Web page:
Well, the first things first is you need to have measurable goals. Okay, what are you expecting to achieve with the implementation of this software? Regardless of what it is, if it’s an ERP if it is a particular specialized niche product to help in a particular zone, first thing Sarah, you must identify what is this going to achieve? They must be measurable. Okay that’s step one. Measurable and realistic. Okay, Right? Measurable, quantifiable, and realistic.
That’s one, but what are we going to achieve? The two is really be thoughtful about where you are.
Be honest, where are you today? If you don’t know where you are today, if you don’t have the comparative data so that you, when you after you’ve implemented to compare those measurable goals, well then you need, you should spend some time on that, right? If you need to go through a process of analysis and understanding where your challenges are, if you don’t know where they are, then that’s something that you should build time into, and I would say Sarah, definitely put that on the list, because there’s the self-discovery of the organization if they haven’t done it recently, right? It’s worth doing, where are we at, let’s snap some watermarks, okay?
Also, they need to understand what challenges they have, okay? If we are talking about an improvement in the supply chain, we’re looking at inventory turns, we’re looking at reducing our inventory, okay? What are your inventory levels? What is your inventory accuracy? Why is your inventory accuracy only 68%? Are you using a planning system to drive that? If not, why is your information? What’s the accuracy of your bills of manufacture and your lead times? This is where, as we talked about, data, data, data, data, the data is vital because there is a bit of the age-old the GEICO principle, garbage in, garbage out, hands down. Because you’re not managing potentially the information in the systems that you have available to the level that’s necessary, you have shadow systems that you’re using, probably Excel, where you’re managing your schedule, and you’re keeping track of everything in another system. So it’s vital you take a watermark and understand where your business challenges are in these key areas. Inventory accuracy is one, your next one I would say is bill of manufacture, so your BOMs and your routing, okay, and your lead times, those are incredibly vital, right? Those things having good accuracy there is going to prime the pump for successful analysis of the system. The other one that I would put on this list, Sarah, is the accuracy of your reporting and the timeliness of your reporting, and by reporting, I mean all of the types of things that you would do transactionally that impact inventory, for example, shipping. Do you ship when you say you ship, or do you backdate transactions? Do you report production when the shift like today, so before the production person leaves, do they actually report the transaction, or is it batched and it’s three days later? Are you… And then all these things, of course, tie into the inventory accuracy, but the timeliness and the accuracy of your reporting are critical as well.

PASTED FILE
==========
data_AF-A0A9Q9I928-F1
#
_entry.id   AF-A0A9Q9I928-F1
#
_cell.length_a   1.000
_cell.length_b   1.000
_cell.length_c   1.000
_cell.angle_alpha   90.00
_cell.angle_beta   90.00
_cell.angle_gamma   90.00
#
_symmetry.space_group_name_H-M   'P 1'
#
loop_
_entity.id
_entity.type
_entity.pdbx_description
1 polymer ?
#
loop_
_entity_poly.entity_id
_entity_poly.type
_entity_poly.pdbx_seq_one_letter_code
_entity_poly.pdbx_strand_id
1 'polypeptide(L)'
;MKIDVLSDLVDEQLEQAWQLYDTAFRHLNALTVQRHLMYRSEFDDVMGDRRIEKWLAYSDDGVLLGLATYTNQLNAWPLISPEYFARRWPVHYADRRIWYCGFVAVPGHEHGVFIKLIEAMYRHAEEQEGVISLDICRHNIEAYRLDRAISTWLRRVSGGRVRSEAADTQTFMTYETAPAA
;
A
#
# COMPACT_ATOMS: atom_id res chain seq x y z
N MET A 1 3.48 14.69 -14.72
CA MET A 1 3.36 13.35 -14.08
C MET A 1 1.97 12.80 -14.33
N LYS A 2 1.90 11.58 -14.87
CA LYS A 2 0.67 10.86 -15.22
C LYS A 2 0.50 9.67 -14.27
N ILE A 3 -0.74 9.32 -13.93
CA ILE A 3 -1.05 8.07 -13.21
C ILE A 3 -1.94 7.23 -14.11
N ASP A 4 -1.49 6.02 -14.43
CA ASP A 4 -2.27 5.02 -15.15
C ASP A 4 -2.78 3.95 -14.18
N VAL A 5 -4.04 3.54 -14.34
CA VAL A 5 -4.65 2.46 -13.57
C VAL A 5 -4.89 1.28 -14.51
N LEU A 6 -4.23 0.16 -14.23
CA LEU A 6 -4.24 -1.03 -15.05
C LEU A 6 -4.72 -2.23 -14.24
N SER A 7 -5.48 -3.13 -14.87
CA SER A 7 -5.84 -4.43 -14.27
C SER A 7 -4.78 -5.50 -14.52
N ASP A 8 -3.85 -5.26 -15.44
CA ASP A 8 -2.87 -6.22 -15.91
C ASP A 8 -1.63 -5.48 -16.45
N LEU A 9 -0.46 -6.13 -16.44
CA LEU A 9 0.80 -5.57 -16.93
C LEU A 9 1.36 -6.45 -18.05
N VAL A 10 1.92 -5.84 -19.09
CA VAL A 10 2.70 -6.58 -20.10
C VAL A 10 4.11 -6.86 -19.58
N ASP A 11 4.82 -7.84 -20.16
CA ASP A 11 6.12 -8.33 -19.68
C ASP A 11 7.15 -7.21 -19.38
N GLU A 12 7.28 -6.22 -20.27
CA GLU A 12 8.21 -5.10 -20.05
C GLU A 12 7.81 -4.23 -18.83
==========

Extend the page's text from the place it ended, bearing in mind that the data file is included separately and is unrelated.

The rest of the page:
So to recap for our listeners, that was a lot of information. Can you go through one, two, and three one more time? Inventory accuracy, your your bill of manufacture accuracy, your lead time accuracy and your timeliness of reporting and accuracy of reporting. So I want to make sure that our listeners get at least one takeaway that they can go back immediately and start either doing themselves and or implementing with their teams. What’s the number one most important takeaway you want our listeners to know about how to better handle process improvements?
I this is a simple one Sarah but it’s so, it’s so important: Just start. Pick a place, Pick a place and in many respects that may not be the place that’s the hardest, the area that’s the most difficult. Start asking the questions. Start looking at your information. You will be amazed What you find and then start making action plans on how you can address what you find. I think you’ll be surprised some things. You’re going to be spot on about but others when you look at process adherence. For example, how well are your people executing to the processes that you define? I think you’ll find you’ll find some really interesting and intriguing results.
If people want to check you out where do you want to send them? Sarah if anybody is curious I would like to reach out you can find me on LinkedIn Michelle Rydman Friesen and again LinkedIn probably the best the best bet.
Thanks for sharing your why operational process improvement is so gosh dang hard and what you can do to make it easier wisdom with us today, Michelle. If you missed anything you can check out the show notes. If you are new to the show make sure to follow this podcast so you don’t miss any of our direct spend supply chain content. I’m @SarahScudder on LinkedIn @ssscudder on Twitter. This brings us to the end of yet another episode of What the Duck?! Another Supply Chain Podcast. I’m your host Sarah Scudder and we’ll be back next week.